17 September 2018
Discussing the design of Europe’s electricity markets in Linz
On Monday WindEurope attended the informal energy Council in Linz. Energy ministers gathered to discuss the reform of electricity market design as part of the Clean Energy Package.
The Austrians, who hold the rotating Presidency of the Council until the end of the year, have asked Member States to provide guidance for upcoming trilogue meetings with the European Parliament and European Commission.
The most controversial issue of all was the role and design of capacity remuneration mechanisms (CRMs). They agreed that:
- National adequacy assessments should remain the deciding factor for introducing a CRM;
- Strategic reserves should be given no preferential treatment to other type of CRMs such as capacity markets as implemented in France, Poland or the UK;
- An Emission Performance Standard would need to allow for a transitional period.
The discussion also heated up on interconnectors’ availability that is currently very low at some EU borders. Member States confirmed they would like to see a threshold that should be achieved by 2025 under the threat of reconfiguring current bidding zones. Trialogue discussions must now define its scope. WindEurope calls on a solution that strikes the right balance between a stepwise increase of cross-border trade and adequate price signals for long-term investments. Any solution should guarantee that the contribution of renewables to redispatch is compensated for incurred financial losses.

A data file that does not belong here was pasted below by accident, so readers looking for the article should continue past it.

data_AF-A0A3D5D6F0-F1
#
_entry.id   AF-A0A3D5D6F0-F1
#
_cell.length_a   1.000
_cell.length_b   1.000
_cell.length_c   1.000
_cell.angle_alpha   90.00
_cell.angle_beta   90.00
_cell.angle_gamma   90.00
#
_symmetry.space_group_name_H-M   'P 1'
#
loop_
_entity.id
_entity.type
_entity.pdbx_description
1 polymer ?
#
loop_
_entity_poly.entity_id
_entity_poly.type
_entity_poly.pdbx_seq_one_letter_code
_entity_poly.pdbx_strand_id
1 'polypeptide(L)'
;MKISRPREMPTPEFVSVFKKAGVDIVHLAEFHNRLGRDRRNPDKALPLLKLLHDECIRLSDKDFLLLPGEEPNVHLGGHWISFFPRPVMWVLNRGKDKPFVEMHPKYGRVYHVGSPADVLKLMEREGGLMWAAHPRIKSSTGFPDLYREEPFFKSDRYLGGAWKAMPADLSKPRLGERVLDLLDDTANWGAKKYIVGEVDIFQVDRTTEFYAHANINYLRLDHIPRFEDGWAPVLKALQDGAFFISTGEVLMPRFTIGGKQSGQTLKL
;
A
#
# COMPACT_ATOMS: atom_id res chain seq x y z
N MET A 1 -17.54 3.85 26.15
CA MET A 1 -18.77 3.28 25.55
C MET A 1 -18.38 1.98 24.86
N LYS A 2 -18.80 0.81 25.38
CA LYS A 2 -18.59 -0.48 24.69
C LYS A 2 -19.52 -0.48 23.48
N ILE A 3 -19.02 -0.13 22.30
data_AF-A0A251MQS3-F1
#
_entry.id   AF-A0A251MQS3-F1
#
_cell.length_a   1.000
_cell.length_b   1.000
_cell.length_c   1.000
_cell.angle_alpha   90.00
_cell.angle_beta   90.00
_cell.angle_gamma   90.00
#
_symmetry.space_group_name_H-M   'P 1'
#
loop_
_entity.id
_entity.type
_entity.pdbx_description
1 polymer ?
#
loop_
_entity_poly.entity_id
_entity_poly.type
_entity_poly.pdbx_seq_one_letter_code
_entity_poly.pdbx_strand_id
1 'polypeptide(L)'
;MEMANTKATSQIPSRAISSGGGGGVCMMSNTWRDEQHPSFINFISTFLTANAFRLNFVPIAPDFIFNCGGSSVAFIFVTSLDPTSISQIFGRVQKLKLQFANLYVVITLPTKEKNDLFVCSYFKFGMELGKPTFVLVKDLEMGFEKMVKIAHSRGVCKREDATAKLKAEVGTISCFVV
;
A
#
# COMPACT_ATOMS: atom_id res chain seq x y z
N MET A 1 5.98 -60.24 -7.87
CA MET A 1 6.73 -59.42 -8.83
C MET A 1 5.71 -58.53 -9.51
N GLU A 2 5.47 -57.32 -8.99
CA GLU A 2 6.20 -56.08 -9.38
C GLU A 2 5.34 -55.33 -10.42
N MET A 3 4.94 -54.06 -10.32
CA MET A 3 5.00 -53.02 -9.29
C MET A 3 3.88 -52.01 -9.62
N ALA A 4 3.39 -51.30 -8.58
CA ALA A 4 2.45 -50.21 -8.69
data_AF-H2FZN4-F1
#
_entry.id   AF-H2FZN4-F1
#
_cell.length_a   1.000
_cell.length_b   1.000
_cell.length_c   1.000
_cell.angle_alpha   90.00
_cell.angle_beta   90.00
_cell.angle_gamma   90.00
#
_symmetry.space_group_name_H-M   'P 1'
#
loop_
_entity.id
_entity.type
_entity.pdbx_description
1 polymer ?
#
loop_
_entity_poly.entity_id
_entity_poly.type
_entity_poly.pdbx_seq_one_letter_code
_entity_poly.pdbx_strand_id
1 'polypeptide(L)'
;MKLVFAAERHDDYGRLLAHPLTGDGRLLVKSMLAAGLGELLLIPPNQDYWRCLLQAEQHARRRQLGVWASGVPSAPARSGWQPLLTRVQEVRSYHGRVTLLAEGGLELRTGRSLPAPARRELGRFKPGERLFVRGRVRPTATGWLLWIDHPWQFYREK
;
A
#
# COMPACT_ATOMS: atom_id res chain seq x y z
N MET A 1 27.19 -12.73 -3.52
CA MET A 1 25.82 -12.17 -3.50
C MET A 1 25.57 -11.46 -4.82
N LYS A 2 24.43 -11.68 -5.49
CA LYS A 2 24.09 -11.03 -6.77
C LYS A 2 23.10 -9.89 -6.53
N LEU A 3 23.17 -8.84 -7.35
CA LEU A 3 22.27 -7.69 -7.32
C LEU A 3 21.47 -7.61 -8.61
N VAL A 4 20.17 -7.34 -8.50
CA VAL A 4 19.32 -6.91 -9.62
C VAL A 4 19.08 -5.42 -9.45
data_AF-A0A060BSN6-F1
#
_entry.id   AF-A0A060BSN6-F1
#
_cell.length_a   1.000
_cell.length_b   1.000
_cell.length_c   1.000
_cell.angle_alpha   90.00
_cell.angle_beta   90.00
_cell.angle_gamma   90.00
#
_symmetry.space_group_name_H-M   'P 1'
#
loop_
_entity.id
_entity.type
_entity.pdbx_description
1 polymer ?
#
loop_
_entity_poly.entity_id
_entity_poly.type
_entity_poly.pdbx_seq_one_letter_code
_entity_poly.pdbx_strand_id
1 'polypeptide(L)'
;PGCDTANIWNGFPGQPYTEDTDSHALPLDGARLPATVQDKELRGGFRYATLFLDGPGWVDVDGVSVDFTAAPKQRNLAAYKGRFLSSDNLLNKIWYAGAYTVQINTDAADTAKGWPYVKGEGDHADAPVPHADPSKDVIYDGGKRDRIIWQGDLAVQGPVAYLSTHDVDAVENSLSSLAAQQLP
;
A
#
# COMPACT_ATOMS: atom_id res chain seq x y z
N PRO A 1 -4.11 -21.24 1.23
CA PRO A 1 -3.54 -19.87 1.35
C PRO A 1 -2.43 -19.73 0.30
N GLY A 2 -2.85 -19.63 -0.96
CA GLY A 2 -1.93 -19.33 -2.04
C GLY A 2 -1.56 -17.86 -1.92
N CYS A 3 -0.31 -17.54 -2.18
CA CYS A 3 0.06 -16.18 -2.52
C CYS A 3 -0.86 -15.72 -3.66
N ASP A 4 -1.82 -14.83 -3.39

Ahead of the ministerial talks the Presidency held a conference “Charge for Change” during which they presented their “Hydrogen Initiative”. This declaration, co-signed by WindEurope, calls on the EU to support the uptake of power-to-hydrogen technologies such as the large-scale 6 MW electrolyser deployed by Austrian steelmaker Voestalpine at its facilities in Linz.
According to the Austrian ministry for sustainability and tourism, “green hydrogen” produced from wind energy and solar PV could cover up to 147 TWh of EU industry energy needs by 2030. Commissioner for Energy and Climate Miguel Arias Cañete confirmed that hydrogen would play an important role in the upcoming Commission’s strategy on the long-term decarbonisation of the EU’s economy.